An organizational assessment is a systemic approach for consultants to discover how well their client organizations are performing and where they could improve in order to perform better. They are invaluable to organizations in a number of ways. Not only can they identify problem areas, but they can serve as the basis for any number of change management initiatives. Organizational diversity, operational performance, leadership effectiveness, employee retention efforts, and digital transformation are just a few of these. Conducting organizational assessments allows internal and external consultants to ground their guidance in data, introduce new insight to their client, and identify areas that will have the most impact in their engagement.
The pattern for conducting organizational assessments is generally consistent. The consultant or internal team conducts discovery, analyzes the data, and produces key recommendations for performance improvement.
Best practices for organizational assessment largely focus on the process of the assessment. The process starts with research into the company itself – such as demographics and data from any previous assessments. Data collection includes conducting organization-wide surveys and interviewing key personnel in order to get both the big picture and the details. Analysis involves using various frameworks or tools for sorting the data and identifying patterns in order to draw conclusions and produce recommendations. More transformative HR groups and consultants are digitally engaging their workforces and those of their clients.
But recently, many consultants and internal consulting teams have discovered the numerous benefits that employee engagement can offer to nearly every initiative an organization launches, and organizational assessments are no exception. In fact, one could argue that engagement is key to the organizational assessment process. As tools and methods are being digitized, it is all too easy for consultants to lose sight of the effect the assessment has on the organization’s workforce. Without engagement, the amount of useful information gleaned from employees will be limited. What consultants should be focusing on today in order to create lasting results is an assessment that engages the organization. They must ensure that participants are actively involved at every step and that the organization embraces whatever change is coming. Studies show that lasting change requires engagement, assessments will not be truly effective without it.v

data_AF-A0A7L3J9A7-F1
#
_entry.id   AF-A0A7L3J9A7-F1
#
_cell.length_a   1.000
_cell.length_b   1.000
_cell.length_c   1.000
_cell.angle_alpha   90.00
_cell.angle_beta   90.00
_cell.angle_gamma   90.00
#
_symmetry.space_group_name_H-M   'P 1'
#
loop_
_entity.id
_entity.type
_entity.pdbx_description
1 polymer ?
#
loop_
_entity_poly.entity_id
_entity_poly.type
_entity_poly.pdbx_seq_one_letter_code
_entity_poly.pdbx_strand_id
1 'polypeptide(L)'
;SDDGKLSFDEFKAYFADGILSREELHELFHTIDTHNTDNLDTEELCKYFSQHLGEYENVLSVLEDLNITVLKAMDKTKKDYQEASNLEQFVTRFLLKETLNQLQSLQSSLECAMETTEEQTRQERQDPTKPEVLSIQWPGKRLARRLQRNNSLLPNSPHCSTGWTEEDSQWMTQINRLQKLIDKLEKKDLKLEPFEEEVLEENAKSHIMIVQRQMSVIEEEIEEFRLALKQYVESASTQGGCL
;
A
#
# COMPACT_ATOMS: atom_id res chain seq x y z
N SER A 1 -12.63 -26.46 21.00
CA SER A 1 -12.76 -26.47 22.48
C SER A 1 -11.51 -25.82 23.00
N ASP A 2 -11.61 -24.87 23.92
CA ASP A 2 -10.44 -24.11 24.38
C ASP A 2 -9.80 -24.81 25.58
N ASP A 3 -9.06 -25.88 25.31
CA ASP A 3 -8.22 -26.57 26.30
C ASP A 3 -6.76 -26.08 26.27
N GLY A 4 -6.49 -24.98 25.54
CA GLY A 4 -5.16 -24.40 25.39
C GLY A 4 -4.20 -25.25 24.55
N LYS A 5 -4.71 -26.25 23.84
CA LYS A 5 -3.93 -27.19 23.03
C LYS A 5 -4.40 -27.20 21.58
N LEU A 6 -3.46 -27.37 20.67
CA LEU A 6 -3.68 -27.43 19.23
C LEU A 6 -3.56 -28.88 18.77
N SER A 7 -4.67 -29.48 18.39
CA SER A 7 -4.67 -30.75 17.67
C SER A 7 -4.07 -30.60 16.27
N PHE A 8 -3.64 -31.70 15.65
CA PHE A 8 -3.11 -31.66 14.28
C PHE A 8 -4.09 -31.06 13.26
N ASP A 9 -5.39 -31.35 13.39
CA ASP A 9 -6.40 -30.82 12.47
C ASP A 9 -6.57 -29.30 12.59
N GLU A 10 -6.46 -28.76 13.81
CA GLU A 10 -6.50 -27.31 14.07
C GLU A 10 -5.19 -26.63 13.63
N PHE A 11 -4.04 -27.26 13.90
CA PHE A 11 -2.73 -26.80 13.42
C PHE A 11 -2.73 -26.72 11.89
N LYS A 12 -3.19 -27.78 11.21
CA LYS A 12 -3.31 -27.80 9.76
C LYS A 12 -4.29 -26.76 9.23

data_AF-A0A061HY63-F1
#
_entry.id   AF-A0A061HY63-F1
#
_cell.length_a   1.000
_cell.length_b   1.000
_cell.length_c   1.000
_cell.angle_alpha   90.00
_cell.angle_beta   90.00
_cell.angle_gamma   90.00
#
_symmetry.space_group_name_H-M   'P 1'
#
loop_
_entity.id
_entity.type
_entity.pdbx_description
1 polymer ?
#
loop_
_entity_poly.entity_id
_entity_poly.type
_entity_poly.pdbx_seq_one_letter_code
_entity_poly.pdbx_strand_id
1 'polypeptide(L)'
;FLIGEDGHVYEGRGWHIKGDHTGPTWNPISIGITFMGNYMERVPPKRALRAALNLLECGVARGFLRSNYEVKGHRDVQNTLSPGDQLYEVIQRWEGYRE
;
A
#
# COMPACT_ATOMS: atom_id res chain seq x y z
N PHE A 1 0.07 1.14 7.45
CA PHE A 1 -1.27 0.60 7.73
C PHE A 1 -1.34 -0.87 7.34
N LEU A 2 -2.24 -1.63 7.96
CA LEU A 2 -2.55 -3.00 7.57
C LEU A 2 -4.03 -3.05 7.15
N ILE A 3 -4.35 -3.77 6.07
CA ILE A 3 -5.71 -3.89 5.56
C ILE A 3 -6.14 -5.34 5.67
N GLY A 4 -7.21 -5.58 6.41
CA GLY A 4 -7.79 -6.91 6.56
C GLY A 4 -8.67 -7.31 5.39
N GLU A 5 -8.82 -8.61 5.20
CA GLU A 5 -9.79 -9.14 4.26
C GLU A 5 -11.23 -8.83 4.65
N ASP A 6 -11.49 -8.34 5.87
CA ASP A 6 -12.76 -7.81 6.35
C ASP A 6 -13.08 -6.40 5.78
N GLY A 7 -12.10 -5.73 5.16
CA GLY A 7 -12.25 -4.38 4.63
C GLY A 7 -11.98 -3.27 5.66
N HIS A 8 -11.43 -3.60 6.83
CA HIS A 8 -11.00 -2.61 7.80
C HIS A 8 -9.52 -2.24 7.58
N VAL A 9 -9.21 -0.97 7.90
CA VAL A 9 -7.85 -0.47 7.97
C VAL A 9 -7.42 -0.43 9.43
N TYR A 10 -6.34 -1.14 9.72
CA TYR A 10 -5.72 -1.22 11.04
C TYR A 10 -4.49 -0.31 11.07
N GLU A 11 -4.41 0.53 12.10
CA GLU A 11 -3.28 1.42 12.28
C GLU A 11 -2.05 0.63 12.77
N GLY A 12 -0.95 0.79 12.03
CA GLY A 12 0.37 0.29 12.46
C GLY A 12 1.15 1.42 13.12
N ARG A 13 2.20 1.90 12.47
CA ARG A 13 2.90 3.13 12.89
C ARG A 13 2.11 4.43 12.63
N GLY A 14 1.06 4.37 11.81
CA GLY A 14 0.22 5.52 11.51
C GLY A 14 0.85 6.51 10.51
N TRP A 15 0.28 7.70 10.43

The good news is there is an easy way to measure engagement during an organizational assessment without sacrificing your original objective or comprising on the number of questions you are asking.
Volunteerism, or the act of employees virtually raising their hands to offer solutions, serves as a measure of overall engagement. First, it can bring insider-driven solutions to light. Second, it can show an organization how invested its employees are in a positive outcome for the assessment. In order to invite volunteerism, employees first need to understand the importance of the assessment; why the company is conducting it, the process that will occur, and the expected results. The process of involving the employees should also be effortless enough that employees will want to participate. A time-consuming, mind-numbing survey is unlikely to result in a high participation rate. Finally, an organizational assessment should simply ask for volunteers. There is no need to make it difficult, but you do need to make sure you are measuring that response.
Measuring the communication needs of an organization can determine employee engagement trouble spots. Inadequate communication can lead to huge costs for an organization, so pinpointing the areas that need better communication is essential. The easiest way to identify the need for better communication is to ask about it directly in each topic addressed. Those who actively seek it can point straight to where they see the need for it. Business units or specific locations where employees are not seeking better communication can stand as examples of transparent leadership and good information flow. Alternatively, by segmenting requests, consultants can quickly pinpoint communication needs that will have the most impact.
Lack of training is another area that can detract from employee engagement both in terms of inefficiency and employee turnover. Rather than identifying areas in need of training simply by spotting inefficiencies, the best way to determine where training is needed and what type of training would be effective is to ask the ones who will be undergoing training, the employees themselves. Devoting a portion of the assessment to training needs is important; employees can comment on past training initiatives and identify what types of training are effective. Additionally, assessments should give employees a way to indicate directly whether they need training in every area of the business.
Organizational assessments are useful to organizations in a number of ways, but the traditional, process-oriented way of conducting them is not sufficient to affect lasting change. By measuring the engagement of an organization’s workforce via volunteerism, communication, and training – like the 9Lenses platform allows – those conducting organizational assessments can better ensure participation and insight that will actually make a difference.